Sunday, February 28, 2010

Mozart's Requiem Mass in D Minor


Grant them eternal rest, O Lord,
and may perpetual light shine on them.
Thou, O God, art praised in Sion,
and unto Thee shall the vow
be performed in Jerusalem.
Hear my prayer, unto Thee shall all flesh come.
Grant them eternal rest, O Lord,
and may perpetual light shine on them.


Lord have mercy upon us.
Christ have mercy upon us.
Lord have mercy upon us.


Day of wrath, that day
Will dissolve the earth in ashes
As David and the Sibyl bear witness.
What dread there will be
When the Judge shall come
To judge all things strictly.
A trumpet, spreading a wondrous sound
Through the graves of all lands,
Will drive mankind before the throne.
Death and Nature shall be astonished
When all creation rises again
To answer to the Judge.
A book, written in, will be brought forth
In which is contained everything that is,
Out of which the world shall be judged.
When therefore the Judge takes His seat
Whatever is hidden will reveal itself.
Nothing will remain unavenged.
What then shall 1 say, wretch that I am,
What advocate entreat to speak for me,
When even the righteous may hardly be secure?
King of awful majesty,
Who freely savest the redeemed,
Save me, O fount of goodness.
Remember, blessed Jesu,
That I am the cause of Thy pilgrimage,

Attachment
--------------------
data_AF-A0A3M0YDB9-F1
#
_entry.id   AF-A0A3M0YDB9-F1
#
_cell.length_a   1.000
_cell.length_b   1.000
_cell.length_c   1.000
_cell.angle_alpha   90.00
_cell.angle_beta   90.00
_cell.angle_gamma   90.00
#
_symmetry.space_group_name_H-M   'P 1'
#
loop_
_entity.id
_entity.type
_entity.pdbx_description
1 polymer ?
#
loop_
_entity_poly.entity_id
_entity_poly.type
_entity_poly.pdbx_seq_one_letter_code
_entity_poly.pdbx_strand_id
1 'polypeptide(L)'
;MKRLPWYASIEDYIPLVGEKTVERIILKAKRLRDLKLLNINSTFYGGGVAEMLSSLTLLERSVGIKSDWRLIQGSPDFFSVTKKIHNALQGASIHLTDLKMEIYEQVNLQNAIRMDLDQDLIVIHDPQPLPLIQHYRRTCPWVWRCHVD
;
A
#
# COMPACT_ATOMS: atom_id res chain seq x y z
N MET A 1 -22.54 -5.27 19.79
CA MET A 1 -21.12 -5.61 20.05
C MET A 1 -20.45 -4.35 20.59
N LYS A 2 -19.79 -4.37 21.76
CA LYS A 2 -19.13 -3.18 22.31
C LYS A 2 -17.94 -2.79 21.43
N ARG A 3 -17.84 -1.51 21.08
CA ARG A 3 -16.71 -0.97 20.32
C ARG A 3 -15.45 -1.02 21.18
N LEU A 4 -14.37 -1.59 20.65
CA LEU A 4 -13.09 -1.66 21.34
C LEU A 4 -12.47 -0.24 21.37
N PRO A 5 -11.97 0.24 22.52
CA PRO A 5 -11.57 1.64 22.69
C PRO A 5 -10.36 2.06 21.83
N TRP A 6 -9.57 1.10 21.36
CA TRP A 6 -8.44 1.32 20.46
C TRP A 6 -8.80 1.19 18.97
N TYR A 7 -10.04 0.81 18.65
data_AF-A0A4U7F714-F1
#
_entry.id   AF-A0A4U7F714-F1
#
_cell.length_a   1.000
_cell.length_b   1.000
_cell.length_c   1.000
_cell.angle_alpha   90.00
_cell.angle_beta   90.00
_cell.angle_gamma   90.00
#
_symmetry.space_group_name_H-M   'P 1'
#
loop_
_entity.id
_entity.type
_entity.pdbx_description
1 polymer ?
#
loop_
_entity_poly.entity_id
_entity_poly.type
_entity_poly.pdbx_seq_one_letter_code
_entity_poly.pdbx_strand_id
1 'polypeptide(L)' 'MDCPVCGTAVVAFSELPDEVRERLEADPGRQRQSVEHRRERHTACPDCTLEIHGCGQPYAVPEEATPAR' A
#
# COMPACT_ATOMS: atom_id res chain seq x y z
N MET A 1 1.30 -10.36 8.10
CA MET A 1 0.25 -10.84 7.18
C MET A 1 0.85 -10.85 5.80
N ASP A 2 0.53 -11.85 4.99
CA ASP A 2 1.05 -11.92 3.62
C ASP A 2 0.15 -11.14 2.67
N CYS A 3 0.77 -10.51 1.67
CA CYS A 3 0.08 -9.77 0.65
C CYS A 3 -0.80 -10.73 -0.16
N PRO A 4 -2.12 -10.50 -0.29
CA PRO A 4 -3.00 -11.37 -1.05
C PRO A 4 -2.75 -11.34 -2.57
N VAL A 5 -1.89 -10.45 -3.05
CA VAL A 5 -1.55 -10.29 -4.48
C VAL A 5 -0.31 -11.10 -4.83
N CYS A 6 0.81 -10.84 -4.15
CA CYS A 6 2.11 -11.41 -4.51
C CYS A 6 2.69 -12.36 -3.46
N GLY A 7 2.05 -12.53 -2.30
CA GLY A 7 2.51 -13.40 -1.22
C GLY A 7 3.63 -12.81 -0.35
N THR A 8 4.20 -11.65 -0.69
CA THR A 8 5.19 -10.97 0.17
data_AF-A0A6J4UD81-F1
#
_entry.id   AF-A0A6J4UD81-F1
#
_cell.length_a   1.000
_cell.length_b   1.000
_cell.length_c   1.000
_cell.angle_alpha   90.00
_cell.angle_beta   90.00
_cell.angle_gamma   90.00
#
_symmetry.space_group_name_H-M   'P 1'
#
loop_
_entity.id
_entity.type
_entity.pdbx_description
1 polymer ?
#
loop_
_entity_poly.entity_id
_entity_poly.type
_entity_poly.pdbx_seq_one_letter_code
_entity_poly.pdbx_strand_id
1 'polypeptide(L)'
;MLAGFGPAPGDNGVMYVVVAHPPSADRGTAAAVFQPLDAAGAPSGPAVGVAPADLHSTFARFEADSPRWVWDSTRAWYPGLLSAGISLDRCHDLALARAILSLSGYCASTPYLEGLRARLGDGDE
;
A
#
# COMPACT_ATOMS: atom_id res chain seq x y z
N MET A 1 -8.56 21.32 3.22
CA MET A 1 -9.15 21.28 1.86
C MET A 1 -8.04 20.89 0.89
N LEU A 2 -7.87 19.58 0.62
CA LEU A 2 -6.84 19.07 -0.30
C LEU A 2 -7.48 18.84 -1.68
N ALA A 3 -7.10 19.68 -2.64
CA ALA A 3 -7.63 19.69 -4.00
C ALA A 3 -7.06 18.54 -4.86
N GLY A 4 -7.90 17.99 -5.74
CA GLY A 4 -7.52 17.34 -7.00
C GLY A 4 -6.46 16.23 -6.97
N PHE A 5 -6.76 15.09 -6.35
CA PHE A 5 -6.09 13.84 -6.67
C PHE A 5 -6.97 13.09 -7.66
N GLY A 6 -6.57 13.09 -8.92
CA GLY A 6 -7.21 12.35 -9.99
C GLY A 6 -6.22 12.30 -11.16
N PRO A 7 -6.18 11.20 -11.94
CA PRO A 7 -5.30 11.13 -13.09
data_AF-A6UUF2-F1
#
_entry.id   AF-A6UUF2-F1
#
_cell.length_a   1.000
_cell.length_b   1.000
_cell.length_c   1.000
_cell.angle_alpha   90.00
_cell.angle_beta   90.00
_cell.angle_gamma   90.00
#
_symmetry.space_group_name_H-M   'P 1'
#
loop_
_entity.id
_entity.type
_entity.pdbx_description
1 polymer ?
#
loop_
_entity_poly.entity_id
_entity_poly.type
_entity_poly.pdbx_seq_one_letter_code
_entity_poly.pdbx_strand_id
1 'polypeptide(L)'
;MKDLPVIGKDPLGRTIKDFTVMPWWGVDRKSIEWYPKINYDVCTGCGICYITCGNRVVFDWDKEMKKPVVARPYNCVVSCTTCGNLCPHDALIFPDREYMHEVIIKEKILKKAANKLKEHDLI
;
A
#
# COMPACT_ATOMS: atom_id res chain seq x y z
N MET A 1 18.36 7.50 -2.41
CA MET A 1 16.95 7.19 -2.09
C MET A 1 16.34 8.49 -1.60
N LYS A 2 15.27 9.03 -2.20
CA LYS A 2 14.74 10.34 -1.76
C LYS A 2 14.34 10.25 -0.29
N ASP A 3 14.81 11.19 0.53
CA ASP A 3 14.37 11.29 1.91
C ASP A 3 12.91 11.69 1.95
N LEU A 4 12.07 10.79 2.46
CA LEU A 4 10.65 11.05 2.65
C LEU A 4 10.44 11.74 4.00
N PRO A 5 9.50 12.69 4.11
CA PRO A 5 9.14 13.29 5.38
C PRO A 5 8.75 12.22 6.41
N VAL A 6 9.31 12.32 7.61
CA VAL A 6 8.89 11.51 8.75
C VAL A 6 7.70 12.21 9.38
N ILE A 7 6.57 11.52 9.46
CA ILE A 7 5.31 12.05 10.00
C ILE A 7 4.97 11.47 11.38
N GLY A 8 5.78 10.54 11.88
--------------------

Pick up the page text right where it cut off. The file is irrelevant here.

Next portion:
Do not forsake me on that day.
Seeking me Thou didst sit down weary,
Thou didst redeem me, suffering death on the cross.
Let not such toil be in vain.
Just and avenging Judge,
Grant remission
Before the day of reckoning.
I groan like a guilty man.
Guilt reddens my face.
Spare a suppliant, O God.
Thou who didst absolve Mary Magdalene
And didst hearken to the thief,
To me also hast Thou given hope.
My prayers are not worthy,
But Thou in Thy merciful goodness grant
That I burn not in everlasting fire.
Place me among Thy sheep
And separate me from the goats,
Setting me on Thy right hand.
When the accursed have been confounded
And given over to the bitter flames,
Call me with the blessed.
I pray in supplication on my knees.
My heart contrite as the dust,
Safeguard my fate.
Mournful that day
When from the dust shall rise
Guilty man to be judged.
Therefore spare him, O God.
Merciful Jesu,
Lord Grant them rest.


Lord Jesus Christ, King of glory,
deliver the souls of all the faithful
departed from the pains of hell and from the bottomless pit.
Deliver them from the lion's mouth.
Neither let them fall into darkness
nor the black abyss swallow them up.
And let St. Michael, Thy standard-bearer,
lead them into the holy light
which once Thou didst promise
to Abraham and his seed.

We offer unto Thee this sacrifice
of prayer and praise.
Receive it for those souls
whom today we commemorate.
Allow them, O Lord, to cross
from death into the life
which once Thou didst promise to Abraham
and his seed.


Holy, holy, holy,
Lord God of Sabaoth.
Heaven and earth are full of Thy glory.
Hosanna in the highest.


Blessed is He who cometh in the name of the Lord.
Hosanna in the highest.

Agnus Dei

Lamb of God, who takest away the sins of the world,
grant them rest.
Lamb of God, who takest away the sins of the world,
grant them everlasting rest.


May eternal light shine on them, O Lord.
with Thy saints for ever, because
Thou art merciful.
Grant the dead eternal rest, O Lord,
and may perpetual light shine on them,
with Thy saints for ever,
because Thou are merciful.

Friday, February 26, 2010

When I Am Old